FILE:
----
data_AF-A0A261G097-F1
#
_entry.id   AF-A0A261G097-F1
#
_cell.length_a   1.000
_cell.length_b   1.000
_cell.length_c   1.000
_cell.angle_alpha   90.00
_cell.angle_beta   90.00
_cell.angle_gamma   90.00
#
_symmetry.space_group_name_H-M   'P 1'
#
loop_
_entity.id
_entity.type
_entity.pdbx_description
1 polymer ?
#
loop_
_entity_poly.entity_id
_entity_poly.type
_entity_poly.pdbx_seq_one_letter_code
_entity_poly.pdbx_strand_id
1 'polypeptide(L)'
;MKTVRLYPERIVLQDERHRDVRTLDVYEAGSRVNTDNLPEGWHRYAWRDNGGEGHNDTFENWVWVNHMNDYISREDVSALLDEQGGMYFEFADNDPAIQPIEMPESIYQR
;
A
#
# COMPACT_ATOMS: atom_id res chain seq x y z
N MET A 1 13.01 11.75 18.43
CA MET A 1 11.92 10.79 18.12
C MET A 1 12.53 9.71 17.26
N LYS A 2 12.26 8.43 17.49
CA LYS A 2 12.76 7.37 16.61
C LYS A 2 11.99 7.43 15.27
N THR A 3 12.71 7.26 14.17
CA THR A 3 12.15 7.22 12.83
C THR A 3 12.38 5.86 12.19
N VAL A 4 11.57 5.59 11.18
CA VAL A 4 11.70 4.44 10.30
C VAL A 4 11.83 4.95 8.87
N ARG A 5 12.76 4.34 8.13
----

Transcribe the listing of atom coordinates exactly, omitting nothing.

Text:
data_AF-A0A261G097-F1
#
_entry.id   AF-A0A261G097-F1
#
_cell.length_a   1.000
_cell.length_b   1.000
_cell.length_c   1.000
_cell.angle_alpha   90.00
_cell.angle_beta   90.00
_cell.angle_gamma   90.00
#
_symmetry.space_group_name_H-M   'P 1'
#
loop_
_entity.id
_entity.type
_entity.pdbx_description
1 polymer ?
#
loop_
_entity_poly.entity_id
_entity_poly.type
_entity_poly.pdbx_seq_one_letter_code
_entity_poly.pdbx_strand_id
1 'polypeptide(L)'
;MKTVRLYPERIVLQDERHRDVRTLDVYEAGSRVNTDNLPEGWHRYAWRDNGGEGHNDTFENWVWVNHMNDYISREDVSALLDEQGGMYFEFADNDPAIQPIEMPESIYQR
;
A
#
# COMPACT_ATOMS: atom_id res chain seq x y z
N MET A 1 13.01 11.75 18.43
CA MET A 1 11.92 10.79 18.12
C MET A 1 12.53 9.71 17.26
N LYS A 2 12.26 8.43 17.49
CA LYS A 2 12.76 7.37 16.61
C LYS A 2 11.99 7.43 15.27
N THR A 3 12.71 7.26 14.17
CA THR A 3 12.15 7.22 12.83
C THR A 3 12.38 5.86 12.19
N VAL A 4 11.57 5.59 11.18
CA VAL A 4 11.70 4.44 10.30
C VAL A 4 11.83 4.95 8.87
N ARG A 5 12.76 4.34 8.13